Dr. Assaf Shapira & Prof. Ofer Kenig Avital Friedman. (2022, March 8). Women’s Representation in the Knesset and the Government: An Overview. The Israel Democracy Institute. Retrieved March 31, 2022, from

Elin Hofverberg. (2020, July 30). Vigdís Finnbogadóttir: The World’s First Female Elected President. Library of Congress. Retrieved March 31, 2022, from

#Envision2030 Goal 5: Gender Equality. United Nations, Department of Economic and Social Affairs. Retrieved March 31, 2022, from

(2021, January 15). Facts and figures: Women’s leadership and political participation. UN Women. Retrieved March 31, 2022, from

Gabrielle Debinski. (2021, December 22). Women in politics whose names you should know in 2022. Gzero. Retrieved March 31, 2022, from

Greg James. (2021, July 1). Why there are so few women in Chinese politics. SupChina. Retrieved March 31, 2022, from

(2022, March 10). Hungary elects Katalin Novak, first-ever female president. ALJAZEERA. Retrieved March 31, 2022, from

International IDEA Technical Paper 1/2021. (2021, October). The Role of Political Parties on Women’s Participation and Representation. The Institute for Democracy and Electoral Assistance. Retrieved March 31, 2022, from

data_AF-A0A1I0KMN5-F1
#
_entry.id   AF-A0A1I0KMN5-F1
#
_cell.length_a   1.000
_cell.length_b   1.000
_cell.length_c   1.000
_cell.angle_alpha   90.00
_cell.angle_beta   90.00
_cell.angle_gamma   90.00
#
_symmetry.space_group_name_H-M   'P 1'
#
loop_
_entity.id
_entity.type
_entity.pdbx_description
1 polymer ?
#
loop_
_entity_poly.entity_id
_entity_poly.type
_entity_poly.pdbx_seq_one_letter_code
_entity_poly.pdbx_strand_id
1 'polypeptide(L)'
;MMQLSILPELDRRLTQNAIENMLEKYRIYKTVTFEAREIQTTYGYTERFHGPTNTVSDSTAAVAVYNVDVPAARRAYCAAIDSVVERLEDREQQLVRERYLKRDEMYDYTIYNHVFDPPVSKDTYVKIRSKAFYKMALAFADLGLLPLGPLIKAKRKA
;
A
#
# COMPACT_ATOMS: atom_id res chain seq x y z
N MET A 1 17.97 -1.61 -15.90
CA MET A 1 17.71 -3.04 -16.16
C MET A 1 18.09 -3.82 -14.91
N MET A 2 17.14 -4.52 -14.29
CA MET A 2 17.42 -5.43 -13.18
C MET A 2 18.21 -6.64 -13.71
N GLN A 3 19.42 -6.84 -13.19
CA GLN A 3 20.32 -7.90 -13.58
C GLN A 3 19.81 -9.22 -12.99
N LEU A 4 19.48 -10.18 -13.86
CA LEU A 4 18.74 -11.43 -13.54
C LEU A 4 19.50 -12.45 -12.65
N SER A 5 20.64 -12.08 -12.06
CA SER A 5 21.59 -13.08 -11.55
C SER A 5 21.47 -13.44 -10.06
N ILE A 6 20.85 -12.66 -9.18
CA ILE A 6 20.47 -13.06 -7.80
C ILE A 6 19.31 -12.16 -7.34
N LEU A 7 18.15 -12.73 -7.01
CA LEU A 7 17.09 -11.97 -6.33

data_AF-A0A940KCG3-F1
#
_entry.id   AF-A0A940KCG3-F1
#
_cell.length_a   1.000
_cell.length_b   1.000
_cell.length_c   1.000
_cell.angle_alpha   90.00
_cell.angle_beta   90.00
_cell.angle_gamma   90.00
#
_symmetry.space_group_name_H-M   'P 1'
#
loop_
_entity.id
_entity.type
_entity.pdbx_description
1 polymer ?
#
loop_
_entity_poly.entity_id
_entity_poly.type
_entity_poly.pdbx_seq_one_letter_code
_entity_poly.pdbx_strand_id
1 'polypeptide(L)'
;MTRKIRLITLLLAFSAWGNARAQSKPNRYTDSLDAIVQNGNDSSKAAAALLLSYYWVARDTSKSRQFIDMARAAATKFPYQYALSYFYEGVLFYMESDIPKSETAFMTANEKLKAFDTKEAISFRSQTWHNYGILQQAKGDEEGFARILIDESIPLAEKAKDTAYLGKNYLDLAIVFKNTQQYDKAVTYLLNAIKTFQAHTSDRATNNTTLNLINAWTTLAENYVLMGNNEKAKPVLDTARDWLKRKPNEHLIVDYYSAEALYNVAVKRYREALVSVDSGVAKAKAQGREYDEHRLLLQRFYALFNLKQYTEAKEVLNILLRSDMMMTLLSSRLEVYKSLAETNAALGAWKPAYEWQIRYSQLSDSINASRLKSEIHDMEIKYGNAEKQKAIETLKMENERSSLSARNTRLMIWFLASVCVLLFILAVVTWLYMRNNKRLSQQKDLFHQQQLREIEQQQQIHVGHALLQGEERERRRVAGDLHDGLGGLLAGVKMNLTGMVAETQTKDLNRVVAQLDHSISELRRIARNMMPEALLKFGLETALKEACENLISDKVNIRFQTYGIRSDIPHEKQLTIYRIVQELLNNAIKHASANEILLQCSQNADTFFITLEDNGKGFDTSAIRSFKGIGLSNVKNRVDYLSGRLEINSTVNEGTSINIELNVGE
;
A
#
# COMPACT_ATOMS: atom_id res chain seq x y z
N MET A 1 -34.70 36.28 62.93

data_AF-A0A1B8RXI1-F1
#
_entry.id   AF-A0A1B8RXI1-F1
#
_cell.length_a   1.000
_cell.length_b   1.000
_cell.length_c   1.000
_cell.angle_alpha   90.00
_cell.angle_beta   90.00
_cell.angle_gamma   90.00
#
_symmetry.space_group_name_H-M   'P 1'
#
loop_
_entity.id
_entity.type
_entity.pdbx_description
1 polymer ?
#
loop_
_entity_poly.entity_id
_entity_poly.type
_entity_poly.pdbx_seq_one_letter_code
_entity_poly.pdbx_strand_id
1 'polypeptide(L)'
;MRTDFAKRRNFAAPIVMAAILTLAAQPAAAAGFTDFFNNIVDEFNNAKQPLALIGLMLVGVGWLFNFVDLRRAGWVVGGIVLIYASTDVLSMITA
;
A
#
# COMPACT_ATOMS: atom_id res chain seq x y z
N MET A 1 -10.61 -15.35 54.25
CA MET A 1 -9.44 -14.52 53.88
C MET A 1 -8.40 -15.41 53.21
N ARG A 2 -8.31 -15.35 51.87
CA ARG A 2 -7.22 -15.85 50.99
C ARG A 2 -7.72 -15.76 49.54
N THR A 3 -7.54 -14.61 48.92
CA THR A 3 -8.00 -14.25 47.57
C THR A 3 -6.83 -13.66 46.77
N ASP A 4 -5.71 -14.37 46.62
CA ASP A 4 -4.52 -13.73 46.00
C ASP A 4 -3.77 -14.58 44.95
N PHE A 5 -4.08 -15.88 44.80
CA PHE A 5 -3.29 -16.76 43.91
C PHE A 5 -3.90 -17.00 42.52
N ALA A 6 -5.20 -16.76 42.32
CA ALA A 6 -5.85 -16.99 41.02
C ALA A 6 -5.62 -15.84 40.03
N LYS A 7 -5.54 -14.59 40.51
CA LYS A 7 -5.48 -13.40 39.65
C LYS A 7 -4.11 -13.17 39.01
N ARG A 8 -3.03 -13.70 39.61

IPU Parline. Monthly ranking of women in national parliaments. Global data on national parliaments. Retrieved March 31, 2022, from

Janina Semenova & Oxana Evdokimova. (2021, September 25). Germany’s Angela Merkel: What has she achieved for women. DW Made for minds. Retrieved March 31, 2022, from

(2020, January). List of elected and appointed female Heads of State and government. Wikipedia. Retrieved March 31, 2022, from,and%200%20days%20in%20office

Press Releases. (2022, March 3). New IPU report: more women in parliament and more countries with gender parity. Inter-Parliamentary Union. Retrieved March 31, 2022, from

Research & Data. Barriers & Bias: The Status of Women in Leadership. AAUW. Retrieved March 31, 2022, from

Rosamund Shreeves with Nessa Boland. (2021, March). Women in politics in the EU State of play. European Parliamentary Research Service. Retrieved March 31, 2022, from

Sally Dray. (2021, March 23). Global gender equality in political life. House of Lords Library. Retrieved March 31, 2022, from

Stella Elgersma. (2021, July 30). WOMEN IN POLITICS. Eyes on Europe. Retrieved March 31, 2022, from

Middle East and North Africa (MENA). The World Bank. Retrieved March 31, 2022, from

Tyler G. Okimoto & Victoria L Brescoll. (2010, June). When female politicians are perceived to be power-seeking, voters react negatively with feelings of moral outrage. Harvard Kennedy School: Woman and Public Policy Program, Gender Action Portal. Retrieved March 31, 2022, from

[1] Vigdís Finnbogadóttir: The World’s First Female Elected President, Library of Congress.

[2] List of elected and appointed female Heads of State and government, Wikipedia.

[3] IPU Parline Global data on national parliaments, February 1, 2022.

[4] Middle East and North Africa (MENA), The World Bank.

[5]The Role of Political Parties on Women’s Participation and Representation, Paper1/2021, page5